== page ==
Yesterday was my first day at the Department for Metabolic Disorders. The person in charge was short, squat and had a very aggressive look to him. His name is Shan and I decided to stay clear out of his way.
Class was almost over. All yoga sessions here are similar. Today many supine and prone asanas were included in the routine because we were dealing with metabolic conditions. I was surreptitiously checking the time when all of a sudden I realized Shan was talking to me. “Do you know how to do DRT?” he asked me with an evil glint in his eye.
‘No…uh yes!’ I stammered.
‘Yes or no?’
“I know what DRT is and I’ve attended sessions also but I’ve never conducted it,” I told him, finally getting a hold of myself.
“Hmmm….meet me in my office after class.” He looked at the other intern pointedly, indicating that she was also expected.
“What course are you doing here,” he asked in his office.
“MSc,” I said. “But distance,” I added, hoping that was some sort of justification for not knowing the Deep Relaxation Technique, a meditation technique patented by SVYASA.
“OK, first – tomorrow you both will bring your mats,” he said. “You guys must also participate in the classes. Seeing you the patients feel motivated to move.”
“Yes sir,” we both said in unison.
“Also tomorrow we don’t have class, we have kriyas. You guys be there by 6 am and help the patients.”
I saw this as my chance to practice kiryas under supervision, and quickly seized it. “I can do jal neti, but sutra neti and vamana dhouti are really difficult for me.”
“Then I will teach you. Do you know LSP?”
“Heard of it but I’ve never done it. But I want to!”
I reached the kriya block with my neti kit and my nerves in a bundle. It had been years since I’d done the sutra neti and vamana dhouti. And I was hoping LSP – Laghu Shankh Prakshalana wasn’t going to leave me with the runs.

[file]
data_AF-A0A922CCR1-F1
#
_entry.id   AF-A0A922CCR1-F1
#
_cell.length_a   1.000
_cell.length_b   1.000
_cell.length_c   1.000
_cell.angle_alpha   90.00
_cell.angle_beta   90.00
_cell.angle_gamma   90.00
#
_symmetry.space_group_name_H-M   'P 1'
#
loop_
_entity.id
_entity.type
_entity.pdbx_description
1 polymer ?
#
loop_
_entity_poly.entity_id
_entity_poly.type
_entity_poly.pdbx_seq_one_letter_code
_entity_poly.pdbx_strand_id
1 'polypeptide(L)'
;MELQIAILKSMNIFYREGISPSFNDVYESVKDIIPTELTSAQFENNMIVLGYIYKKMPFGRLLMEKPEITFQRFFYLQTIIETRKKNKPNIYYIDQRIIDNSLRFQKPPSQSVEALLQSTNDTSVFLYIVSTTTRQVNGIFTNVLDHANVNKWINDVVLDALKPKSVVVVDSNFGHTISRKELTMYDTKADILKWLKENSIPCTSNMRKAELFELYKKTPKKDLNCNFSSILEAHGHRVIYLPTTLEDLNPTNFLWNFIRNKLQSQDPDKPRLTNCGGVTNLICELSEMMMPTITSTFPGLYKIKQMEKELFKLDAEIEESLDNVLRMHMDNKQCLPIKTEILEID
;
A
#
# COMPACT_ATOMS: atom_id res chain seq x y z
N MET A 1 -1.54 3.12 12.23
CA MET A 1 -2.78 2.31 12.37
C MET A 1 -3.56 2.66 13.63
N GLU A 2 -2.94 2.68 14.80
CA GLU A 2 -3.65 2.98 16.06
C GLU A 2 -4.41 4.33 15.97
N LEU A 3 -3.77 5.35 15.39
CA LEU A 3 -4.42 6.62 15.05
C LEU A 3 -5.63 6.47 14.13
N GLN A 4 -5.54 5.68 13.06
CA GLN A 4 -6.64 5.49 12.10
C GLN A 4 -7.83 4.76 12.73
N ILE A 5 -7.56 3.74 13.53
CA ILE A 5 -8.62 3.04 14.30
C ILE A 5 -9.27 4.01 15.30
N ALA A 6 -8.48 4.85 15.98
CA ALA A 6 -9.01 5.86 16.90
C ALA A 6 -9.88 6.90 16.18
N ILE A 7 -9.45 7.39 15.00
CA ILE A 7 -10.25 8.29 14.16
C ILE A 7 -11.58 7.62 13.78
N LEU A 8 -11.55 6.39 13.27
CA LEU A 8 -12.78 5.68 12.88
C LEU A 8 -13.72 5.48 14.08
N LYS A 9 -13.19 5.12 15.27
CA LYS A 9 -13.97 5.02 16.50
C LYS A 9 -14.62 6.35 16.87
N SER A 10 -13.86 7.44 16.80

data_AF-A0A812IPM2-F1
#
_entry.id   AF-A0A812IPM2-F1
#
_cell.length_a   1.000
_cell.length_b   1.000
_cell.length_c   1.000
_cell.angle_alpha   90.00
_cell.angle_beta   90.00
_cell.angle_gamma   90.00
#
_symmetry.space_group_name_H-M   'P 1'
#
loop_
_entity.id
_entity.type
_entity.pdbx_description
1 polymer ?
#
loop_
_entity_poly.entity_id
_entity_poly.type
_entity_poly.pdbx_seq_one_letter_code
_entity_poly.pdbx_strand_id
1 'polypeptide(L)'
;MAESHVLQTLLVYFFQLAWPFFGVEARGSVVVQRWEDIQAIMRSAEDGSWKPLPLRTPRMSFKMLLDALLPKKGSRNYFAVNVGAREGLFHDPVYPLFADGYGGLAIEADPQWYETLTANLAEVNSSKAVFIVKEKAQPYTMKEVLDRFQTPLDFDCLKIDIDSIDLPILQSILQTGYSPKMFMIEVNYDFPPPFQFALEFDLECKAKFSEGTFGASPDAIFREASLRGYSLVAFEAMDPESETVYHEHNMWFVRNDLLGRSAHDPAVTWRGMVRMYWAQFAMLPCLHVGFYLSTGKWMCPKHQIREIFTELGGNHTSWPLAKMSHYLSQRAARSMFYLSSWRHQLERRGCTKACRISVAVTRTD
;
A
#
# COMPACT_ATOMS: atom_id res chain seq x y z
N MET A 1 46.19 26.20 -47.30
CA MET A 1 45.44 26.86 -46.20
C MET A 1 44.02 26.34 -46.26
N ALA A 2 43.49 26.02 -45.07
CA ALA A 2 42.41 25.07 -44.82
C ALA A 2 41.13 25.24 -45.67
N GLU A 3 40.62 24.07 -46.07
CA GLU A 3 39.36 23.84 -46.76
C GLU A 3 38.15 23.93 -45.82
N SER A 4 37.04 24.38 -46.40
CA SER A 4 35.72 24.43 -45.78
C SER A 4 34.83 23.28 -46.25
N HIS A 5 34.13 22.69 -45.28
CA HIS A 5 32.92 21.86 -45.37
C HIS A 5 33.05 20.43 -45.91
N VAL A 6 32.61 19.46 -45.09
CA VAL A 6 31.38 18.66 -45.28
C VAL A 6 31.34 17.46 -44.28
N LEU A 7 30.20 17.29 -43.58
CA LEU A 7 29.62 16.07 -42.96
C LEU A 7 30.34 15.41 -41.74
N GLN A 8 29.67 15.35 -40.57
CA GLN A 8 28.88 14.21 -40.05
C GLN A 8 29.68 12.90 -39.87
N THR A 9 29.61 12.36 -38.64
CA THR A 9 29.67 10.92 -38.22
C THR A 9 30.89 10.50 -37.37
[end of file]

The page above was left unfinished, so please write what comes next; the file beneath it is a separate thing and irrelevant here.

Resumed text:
“Sir, this sutra isn’t going into my nose,” I said as I worked the rubber catheter into my nostril. But he kept encouraging me and eventually the catheter was in the back of my throat. In fact, this morning (because he threatened that he would do it himself) I was able to reach into my throat and pull out the other end of the catheter. This was the second time in my life that I was able to do this.
During vamana dhouti he told me about the importance and relevance of cleansing practices. “If you’re a regular practitioner you should do this once a week. Your asanas will improve. These practices are important.” I tried to re-gurgitate the water without resorting to pushing my fingers down my throat. In the end, it was my fingers that did the trick.
LSP is a technique to clear the entire digestive system. I drank 4 glasses of salt water and then did the basic stretching exercises. Then drank another 4 glasses and did them again. By the time I was back in my room I was ready to exploded in the thunderbox. It took a long long time. The water makes it way through the entire digestive system, bringing along toxins. You know your digestive system is clean when the water coming out of you is clear. As he said, “The water should look like your urine. If it doesn’t you have to go again.” It took me all of one hour, but I’m happy to report that my first time at LSP was good. I’m going to continue doing this practice at home too.
As I got the final sign-off from him, I noticed that his smile didn’t look evil or intimidating anymore. Note to self: the greatest lessons sometimes come from the most unexpected sources.